CLP Holdings earnings fell 23.2% YoY in H1
Its earnings reached HK$4,615m from HK$6,010m.
CLP Holdings Limited recorded a 23.2% year-on-year (YoY) decrease in total earnings in the first half to HK$4,615m from HK$6,010m.
This came after the settlement in March 2021 of the litigation from the disposal of Iona Gas Plant in 2015 and the provision ensuring safe operations at the Yallourn coal mine in Australia after exceptional rainfall in June.
The group's operating earning dipped 7% YoY to $5,698m from $6,129m in the same period last year due to the lower earnings from Mainland China and Australia, which saw a decrease of 23.2% and 29.9% YoY, respectively, despite a “solid performance” in Hong Kong where earnings rose 3.6%.
“The Board is confident in the group’s ability to remain resilient through the pandemic and continue with its strategy of decarbonisation and digitalisation moving forward,” CLP Group Chairman Michael Kadoorie said.
He added that the first and second interim dividends have been maintained at HK$0.63 per share which is the same from the same period last year.
Its consolidated revenues, on the other hand, increased 5.2% to $40,729m YoY, while profit declined to HK$5,133m from HK$6,513m.
In its home market in Hong Kong, CLP is focusing on decarbonisation, engaging in discussion with the Hong Kong government to contribute to a “preliminary decarbonisation roadmap” for its target to become carbon neutral by 2050.
“It will continue to engage with the government and stakeholders on the best ways to achieve this goal, while maintaining a world-class electricity supply reliability,” the firm said.
“In the longer term, CLP is exploring opportunities in the development of zero-carbon hydrogen technologies and supply chains, transitioning gas-fired generation infrastructure to the use of green hydrogen when supplies of the carbon-free fuel are commercially available in sufficient volumes,” it added.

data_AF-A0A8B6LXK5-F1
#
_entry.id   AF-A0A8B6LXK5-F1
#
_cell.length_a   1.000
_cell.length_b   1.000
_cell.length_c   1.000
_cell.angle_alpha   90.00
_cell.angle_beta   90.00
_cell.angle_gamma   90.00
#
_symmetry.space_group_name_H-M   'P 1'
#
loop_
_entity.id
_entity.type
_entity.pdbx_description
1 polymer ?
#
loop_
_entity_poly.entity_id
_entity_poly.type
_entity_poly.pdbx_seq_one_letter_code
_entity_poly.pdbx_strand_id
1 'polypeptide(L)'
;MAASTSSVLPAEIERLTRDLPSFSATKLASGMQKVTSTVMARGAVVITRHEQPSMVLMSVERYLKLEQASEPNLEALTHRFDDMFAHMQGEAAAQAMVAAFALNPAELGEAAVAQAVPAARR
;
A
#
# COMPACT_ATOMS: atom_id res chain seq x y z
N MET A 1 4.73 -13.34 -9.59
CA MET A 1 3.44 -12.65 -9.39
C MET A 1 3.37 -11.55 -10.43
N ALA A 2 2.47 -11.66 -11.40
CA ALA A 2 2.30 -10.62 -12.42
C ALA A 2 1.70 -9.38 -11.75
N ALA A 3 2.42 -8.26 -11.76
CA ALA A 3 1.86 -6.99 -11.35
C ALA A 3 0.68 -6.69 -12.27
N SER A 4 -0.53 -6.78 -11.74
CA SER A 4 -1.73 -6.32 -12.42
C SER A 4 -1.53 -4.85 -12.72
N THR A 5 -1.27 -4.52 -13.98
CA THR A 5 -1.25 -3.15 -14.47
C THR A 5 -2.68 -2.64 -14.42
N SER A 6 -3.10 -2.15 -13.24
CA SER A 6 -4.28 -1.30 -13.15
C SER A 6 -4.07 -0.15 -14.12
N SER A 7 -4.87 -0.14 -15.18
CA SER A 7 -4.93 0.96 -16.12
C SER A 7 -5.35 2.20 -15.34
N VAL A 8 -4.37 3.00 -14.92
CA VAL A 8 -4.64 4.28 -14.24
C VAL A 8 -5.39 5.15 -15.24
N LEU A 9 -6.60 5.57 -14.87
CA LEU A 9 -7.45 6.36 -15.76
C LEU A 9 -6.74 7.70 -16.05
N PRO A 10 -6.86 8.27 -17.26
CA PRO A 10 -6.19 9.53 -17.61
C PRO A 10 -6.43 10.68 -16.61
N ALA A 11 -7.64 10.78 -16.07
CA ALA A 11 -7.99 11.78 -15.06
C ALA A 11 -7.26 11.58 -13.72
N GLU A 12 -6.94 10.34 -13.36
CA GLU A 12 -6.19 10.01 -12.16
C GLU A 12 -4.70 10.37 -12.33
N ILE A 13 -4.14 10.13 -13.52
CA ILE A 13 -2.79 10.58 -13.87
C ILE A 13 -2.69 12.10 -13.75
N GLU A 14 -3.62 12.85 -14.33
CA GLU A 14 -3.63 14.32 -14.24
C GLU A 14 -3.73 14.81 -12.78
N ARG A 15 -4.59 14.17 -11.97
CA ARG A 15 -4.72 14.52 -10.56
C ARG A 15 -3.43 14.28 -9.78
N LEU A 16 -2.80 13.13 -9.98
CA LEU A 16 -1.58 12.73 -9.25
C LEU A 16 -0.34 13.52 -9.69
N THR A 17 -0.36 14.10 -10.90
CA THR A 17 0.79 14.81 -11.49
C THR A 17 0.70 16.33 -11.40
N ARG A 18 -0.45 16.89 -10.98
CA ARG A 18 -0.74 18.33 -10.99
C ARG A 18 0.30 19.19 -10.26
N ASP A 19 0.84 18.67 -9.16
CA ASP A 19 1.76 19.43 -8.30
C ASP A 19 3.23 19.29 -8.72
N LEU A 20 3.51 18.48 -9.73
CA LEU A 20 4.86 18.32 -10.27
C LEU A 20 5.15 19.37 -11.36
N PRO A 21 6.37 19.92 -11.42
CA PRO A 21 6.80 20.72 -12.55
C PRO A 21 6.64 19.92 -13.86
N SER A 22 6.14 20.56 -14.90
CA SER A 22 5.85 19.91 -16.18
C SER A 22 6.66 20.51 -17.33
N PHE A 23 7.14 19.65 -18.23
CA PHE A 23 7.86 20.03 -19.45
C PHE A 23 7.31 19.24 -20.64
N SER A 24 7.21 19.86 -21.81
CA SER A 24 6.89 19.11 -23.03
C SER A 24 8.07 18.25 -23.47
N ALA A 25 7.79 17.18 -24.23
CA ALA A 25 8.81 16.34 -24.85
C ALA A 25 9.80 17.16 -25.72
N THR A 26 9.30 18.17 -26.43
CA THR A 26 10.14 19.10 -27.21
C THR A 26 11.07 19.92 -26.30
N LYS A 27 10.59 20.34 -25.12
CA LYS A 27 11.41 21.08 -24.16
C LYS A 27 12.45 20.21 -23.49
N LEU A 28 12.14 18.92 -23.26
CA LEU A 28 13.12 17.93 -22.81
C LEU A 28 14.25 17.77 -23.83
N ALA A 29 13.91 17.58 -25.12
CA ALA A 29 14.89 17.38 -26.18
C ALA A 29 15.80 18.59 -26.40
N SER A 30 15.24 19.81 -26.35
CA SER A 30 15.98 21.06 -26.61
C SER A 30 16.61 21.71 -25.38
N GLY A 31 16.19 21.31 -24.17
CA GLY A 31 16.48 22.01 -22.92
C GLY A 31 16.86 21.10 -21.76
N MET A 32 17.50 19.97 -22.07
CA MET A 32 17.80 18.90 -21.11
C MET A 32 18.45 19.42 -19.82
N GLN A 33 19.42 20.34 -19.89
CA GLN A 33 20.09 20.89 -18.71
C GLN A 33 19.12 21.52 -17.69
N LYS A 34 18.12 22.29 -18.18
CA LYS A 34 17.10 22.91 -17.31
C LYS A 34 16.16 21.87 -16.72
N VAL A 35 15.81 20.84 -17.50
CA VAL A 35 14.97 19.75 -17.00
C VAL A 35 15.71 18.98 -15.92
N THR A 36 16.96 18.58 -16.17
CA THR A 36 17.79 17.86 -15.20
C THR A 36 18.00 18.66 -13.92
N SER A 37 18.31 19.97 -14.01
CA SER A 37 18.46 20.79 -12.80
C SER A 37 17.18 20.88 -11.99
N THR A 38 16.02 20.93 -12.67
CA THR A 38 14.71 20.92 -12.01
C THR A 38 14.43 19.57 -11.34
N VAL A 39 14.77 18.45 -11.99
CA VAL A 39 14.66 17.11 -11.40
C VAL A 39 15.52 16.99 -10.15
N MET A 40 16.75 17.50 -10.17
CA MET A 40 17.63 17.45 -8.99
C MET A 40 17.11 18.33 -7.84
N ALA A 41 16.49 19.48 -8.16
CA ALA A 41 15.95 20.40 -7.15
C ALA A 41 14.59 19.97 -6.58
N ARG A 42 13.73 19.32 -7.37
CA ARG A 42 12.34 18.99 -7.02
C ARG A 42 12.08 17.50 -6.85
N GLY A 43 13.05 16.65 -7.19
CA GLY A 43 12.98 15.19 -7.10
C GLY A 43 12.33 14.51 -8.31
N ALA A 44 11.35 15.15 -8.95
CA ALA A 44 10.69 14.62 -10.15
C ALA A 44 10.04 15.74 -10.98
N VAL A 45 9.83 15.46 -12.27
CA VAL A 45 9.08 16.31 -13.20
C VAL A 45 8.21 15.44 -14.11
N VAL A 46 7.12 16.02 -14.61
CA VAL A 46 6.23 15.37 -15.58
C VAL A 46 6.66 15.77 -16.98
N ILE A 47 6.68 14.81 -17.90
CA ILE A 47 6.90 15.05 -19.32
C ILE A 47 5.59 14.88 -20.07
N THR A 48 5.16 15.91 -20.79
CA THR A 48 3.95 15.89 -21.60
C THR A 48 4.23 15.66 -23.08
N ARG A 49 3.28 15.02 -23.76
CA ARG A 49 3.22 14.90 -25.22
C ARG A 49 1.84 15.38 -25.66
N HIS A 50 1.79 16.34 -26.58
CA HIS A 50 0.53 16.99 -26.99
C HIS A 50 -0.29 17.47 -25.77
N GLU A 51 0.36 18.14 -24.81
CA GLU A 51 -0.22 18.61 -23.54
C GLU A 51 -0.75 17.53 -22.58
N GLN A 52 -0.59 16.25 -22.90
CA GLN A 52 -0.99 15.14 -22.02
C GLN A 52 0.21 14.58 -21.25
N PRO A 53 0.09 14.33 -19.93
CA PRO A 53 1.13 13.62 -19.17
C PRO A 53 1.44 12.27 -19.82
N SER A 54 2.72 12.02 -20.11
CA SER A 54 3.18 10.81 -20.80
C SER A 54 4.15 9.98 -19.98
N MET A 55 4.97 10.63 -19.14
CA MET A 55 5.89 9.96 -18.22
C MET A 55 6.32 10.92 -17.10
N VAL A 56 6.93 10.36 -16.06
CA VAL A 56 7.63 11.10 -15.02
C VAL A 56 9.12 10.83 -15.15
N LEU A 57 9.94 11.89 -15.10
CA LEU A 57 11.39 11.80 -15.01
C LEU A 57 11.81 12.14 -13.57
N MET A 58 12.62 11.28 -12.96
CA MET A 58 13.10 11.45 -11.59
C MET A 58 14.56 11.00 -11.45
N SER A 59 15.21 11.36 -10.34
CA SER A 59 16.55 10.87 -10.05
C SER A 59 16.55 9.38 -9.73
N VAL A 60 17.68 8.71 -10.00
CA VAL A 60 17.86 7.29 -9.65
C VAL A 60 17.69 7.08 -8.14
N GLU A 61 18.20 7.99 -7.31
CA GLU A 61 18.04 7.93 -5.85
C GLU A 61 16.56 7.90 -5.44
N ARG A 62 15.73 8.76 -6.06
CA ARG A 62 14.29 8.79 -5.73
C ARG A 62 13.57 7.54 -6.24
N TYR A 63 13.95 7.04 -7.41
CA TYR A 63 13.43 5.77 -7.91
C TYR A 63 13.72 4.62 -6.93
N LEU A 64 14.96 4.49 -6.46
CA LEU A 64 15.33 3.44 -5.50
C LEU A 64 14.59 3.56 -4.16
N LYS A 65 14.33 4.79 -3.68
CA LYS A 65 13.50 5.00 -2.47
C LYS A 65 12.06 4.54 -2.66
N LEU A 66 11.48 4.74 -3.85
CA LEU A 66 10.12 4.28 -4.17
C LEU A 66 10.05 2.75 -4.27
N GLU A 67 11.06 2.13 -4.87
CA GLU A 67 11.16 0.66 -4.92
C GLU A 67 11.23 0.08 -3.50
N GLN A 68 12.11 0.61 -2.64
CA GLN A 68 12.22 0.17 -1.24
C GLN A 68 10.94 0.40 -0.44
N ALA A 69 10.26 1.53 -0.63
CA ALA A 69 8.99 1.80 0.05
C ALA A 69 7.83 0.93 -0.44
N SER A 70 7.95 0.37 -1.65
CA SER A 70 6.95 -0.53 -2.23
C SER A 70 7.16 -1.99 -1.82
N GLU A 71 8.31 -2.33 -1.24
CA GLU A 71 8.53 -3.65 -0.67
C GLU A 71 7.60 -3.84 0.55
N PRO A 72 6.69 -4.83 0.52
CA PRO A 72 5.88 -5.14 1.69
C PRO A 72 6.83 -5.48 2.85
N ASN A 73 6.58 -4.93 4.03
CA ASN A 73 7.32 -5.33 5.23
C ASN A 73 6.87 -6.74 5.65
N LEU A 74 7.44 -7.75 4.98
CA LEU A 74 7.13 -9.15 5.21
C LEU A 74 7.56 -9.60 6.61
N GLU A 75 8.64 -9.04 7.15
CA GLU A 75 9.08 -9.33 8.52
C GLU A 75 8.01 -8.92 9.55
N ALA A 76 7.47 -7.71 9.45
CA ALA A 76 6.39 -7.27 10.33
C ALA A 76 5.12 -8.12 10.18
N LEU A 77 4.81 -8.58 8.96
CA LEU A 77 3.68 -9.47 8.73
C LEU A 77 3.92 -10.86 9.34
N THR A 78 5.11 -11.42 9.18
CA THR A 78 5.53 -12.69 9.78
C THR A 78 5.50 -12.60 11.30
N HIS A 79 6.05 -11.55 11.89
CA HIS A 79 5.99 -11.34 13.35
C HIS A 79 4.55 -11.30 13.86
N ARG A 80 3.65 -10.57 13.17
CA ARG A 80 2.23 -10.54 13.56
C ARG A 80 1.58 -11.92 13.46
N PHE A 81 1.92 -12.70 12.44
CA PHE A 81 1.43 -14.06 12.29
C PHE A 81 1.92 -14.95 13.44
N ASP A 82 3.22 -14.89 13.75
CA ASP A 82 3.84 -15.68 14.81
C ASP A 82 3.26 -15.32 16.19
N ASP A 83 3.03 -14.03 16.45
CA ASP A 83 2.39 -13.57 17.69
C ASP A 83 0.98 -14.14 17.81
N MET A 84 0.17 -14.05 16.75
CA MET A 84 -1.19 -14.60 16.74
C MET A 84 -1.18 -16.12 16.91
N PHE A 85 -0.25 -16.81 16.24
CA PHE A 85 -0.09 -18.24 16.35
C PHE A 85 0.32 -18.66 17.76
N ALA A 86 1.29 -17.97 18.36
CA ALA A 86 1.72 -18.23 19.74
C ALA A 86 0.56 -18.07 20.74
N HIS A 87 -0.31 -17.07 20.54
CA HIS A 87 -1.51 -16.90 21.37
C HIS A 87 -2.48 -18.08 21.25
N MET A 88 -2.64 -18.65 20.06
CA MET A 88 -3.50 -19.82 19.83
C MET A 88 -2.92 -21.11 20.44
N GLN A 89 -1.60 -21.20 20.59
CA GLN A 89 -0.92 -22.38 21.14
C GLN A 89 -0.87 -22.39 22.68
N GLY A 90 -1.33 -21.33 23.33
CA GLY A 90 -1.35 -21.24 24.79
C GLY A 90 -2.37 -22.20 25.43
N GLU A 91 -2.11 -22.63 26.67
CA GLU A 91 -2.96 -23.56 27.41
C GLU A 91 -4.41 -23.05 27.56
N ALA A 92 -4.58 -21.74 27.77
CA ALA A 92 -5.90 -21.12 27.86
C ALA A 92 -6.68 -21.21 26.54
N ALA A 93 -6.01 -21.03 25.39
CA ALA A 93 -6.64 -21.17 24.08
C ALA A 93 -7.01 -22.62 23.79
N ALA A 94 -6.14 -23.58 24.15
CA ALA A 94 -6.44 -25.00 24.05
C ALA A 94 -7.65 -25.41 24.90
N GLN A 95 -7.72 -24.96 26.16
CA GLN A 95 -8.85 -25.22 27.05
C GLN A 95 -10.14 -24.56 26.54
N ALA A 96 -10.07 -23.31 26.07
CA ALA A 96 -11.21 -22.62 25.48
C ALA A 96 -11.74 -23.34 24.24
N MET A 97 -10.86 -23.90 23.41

Kadoorie said that they are accelerating exploration of opportunities both independently and in partnership, with the decarbonisation strengthening the investment potential in the Greater Bay Area.
Its subsidiary in Australia, EnergyAustralia has also reached an agreement with the State Government of Victoria to retire the Yallourn coal-fired power station to 2028. It also announced the construction of one of the largest battery facilities there to allow more renewable energy to be absorbed in Victoria’s energy system.
The subsidiary will also build a new power station that is capable of using a blend of green hydrogen and natural gas in New South Wales, the first power station in Australia that is committed to offsetting its carbon emissions.
“While the initiatives in Hong Kong, the Greater Bay Area and Australia encapsulate our efforts in decarbonisation, they also point to the importance of alignment with policymakers, and long-term planning to ensure energy transition is carried out in an orderly manner taking care of the interests of a wide array of stakeholders,” he said.